The job search process can be intimidating, but finding the right job without experience is not impossible.  Here are a few tips to gaining job experience before you land a job.

Internships

Internships are a great way to get your foot in the door with any company.  50% of NYIT interns are offered full-time positions upon graduation.  Whether the internship is paid or unpaid, interns have the opportunity to show their skills and establish a foundation for their career.

For companies, offering internships is a great way to evaluate potential employees at little (or no) cost.  It allows them to familiarize young talent with their business, services, and organization while determining if they want to offer them full-time positions.

The Vault is a notable resource for finding some of the best internships out there.  They surveyed current and former interns about their internship experience and were able to produce the Vault’s 50 Best Internships for 2017 report last year.

Volunteering

As a volunteer, you would be working without being paid and…wait, so what’s the difference between an intern and a volunteer?

An internship can be something you choose to do to develop the skills and experience in a specific profession.  As a volunteer, you can also do that, but it’s more about contributing to a cause.  For example, you may volunteer your skills as a graphic designer with a non-profit organization but may also be asked to help with  an event or with conducting outreach.  Volunteers typically help out wherever they are needed even if it is outside of their specified role.

Volunteering is still valuable and relevant experience that can provide you with great networking opportunities, even if the organization is not directly related to your industry.   Idealist is a great resource for searching nonprofit and volunteering opportunities.

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Networking

Networking is one of the most important skills in finding career opportunities.  In 2016, Lou Adler, CEO of a consulting and training firm specializing in hiring, conducted a survey that revealed 85% of all jobs are filled via networking.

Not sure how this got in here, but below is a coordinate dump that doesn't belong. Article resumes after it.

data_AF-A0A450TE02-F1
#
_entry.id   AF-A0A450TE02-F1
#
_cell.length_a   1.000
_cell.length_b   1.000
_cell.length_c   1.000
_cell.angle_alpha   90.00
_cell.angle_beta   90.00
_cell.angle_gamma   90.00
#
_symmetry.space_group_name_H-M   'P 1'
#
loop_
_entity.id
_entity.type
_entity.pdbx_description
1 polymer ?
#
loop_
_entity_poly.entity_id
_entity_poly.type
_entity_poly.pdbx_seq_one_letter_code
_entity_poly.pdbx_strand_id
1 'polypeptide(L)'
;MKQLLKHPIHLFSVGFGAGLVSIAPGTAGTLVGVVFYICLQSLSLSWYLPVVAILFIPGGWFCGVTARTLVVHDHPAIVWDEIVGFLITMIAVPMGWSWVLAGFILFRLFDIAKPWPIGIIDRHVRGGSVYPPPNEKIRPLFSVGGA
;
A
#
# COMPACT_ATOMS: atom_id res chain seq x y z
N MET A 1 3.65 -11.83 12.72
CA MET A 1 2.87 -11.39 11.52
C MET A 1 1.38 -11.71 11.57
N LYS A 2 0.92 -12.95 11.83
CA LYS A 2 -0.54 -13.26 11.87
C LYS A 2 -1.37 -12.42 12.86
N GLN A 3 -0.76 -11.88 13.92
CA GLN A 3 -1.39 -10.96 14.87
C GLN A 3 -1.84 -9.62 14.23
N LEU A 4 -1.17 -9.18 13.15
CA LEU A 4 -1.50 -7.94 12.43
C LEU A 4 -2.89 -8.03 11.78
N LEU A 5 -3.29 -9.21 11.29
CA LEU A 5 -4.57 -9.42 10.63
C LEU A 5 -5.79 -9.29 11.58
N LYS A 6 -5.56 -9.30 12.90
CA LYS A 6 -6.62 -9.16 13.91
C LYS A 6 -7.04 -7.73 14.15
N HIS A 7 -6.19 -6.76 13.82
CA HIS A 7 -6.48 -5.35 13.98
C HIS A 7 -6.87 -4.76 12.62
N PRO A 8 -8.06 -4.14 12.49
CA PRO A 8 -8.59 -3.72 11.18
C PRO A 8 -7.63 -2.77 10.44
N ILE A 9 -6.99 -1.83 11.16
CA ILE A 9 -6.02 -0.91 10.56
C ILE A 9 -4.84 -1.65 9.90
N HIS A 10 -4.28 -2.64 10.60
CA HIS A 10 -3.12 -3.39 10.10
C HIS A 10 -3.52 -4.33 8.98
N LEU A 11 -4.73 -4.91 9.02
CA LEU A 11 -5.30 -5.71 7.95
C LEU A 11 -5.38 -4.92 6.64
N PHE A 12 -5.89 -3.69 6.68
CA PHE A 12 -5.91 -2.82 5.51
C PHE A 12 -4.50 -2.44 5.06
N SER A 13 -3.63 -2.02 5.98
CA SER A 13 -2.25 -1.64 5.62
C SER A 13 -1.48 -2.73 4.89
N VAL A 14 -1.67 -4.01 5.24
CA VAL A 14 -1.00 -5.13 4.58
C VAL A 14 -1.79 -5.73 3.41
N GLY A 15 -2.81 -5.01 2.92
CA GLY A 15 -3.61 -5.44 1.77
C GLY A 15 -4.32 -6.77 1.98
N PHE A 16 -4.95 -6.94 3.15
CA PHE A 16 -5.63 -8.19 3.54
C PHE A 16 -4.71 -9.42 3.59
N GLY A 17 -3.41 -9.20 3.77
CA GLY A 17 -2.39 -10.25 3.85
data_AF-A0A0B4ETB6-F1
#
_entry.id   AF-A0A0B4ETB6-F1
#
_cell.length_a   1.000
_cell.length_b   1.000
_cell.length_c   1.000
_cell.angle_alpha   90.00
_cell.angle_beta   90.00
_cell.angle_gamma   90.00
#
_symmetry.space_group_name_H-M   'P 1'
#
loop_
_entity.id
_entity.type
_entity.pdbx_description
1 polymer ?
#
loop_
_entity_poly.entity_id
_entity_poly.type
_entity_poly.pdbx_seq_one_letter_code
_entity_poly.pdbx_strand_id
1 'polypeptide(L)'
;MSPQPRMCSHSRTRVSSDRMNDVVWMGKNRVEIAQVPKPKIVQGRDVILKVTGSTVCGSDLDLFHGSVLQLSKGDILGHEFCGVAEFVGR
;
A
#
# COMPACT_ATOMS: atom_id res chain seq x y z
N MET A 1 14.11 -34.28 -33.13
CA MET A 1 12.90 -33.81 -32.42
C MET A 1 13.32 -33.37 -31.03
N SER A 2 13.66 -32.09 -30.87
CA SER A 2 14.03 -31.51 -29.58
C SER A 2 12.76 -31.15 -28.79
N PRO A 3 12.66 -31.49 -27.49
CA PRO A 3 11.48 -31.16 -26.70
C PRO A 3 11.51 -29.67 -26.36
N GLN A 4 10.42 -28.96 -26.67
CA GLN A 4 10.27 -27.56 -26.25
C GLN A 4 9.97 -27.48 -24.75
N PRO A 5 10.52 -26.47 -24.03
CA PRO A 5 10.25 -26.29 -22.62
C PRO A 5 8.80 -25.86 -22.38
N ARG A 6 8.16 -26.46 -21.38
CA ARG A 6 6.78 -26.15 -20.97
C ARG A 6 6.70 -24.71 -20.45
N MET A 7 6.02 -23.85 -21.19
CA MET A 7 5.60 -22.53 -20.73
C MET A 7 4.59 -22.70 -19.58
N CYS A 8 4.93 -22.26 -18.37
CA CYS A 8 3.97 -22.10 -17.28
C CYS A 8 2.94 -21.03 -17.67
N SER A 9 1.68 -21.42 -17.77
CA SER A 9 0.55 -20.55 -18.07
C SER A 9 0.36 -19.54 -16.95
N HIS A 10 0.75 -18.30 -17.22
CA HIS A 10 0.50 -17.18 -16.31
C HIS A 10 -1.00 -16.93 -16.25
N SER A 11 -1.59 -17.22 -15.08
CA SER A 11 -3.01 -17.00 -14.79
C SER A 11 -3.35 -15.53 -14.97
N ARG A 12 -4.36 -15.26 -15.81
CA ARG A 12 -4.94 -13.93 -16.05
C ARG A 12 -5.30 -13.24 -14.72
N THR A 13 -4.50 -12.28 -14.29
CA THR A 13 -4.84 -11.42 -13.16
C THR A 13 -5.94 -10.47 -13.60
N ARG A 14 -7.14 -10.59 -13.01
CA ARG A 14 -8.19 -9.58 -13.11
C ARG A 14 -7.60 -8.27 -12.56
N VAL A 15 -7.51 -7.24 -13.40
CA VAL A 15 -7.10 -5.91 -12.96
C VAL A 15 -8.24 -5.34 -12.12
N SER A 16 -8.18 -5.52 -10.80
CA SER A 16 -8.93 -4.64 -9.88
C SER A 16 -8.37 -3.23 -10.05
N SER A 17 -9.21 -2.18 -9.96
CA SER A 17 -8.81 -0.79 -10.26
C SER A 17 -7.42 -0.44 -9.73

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That figure is significant and emphasizes how critical effective networking can be, especially when you consider how much time is spent on searching for jobs, applying, and interviewing.

Students often ask, “Where and how can I improve my network?”  Networking goes beyond asking for someone’s business card.  It’s about making connections and building relationships.

You can build your network by:

  • Participating in conferences and speaking with industry experts
  • Attending special events and industry functions
  • Joining professional organizations via LinkedIn
  • Sharing ideas with friends and peers

Networking is free, takes hard work and communication, and enables you to build a community that can lead to future opportunities.

Freelancing

Consider giving yourself experience by working on your own. Freelancing is great for a variety of reasons.  It allows you to earn money while you seek full-time employment, and you can always continue freelancing for extra money once you find full-time employment.

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So where do you start?

First, decide on what viable skills you have, whether it’s in your field of study or a talent outside of your major area of focus.

Second, compile a portfolio or basic website to market your skills.

Third, start looking for clients.

But isn’t that the same as finding an internship or volunteer work?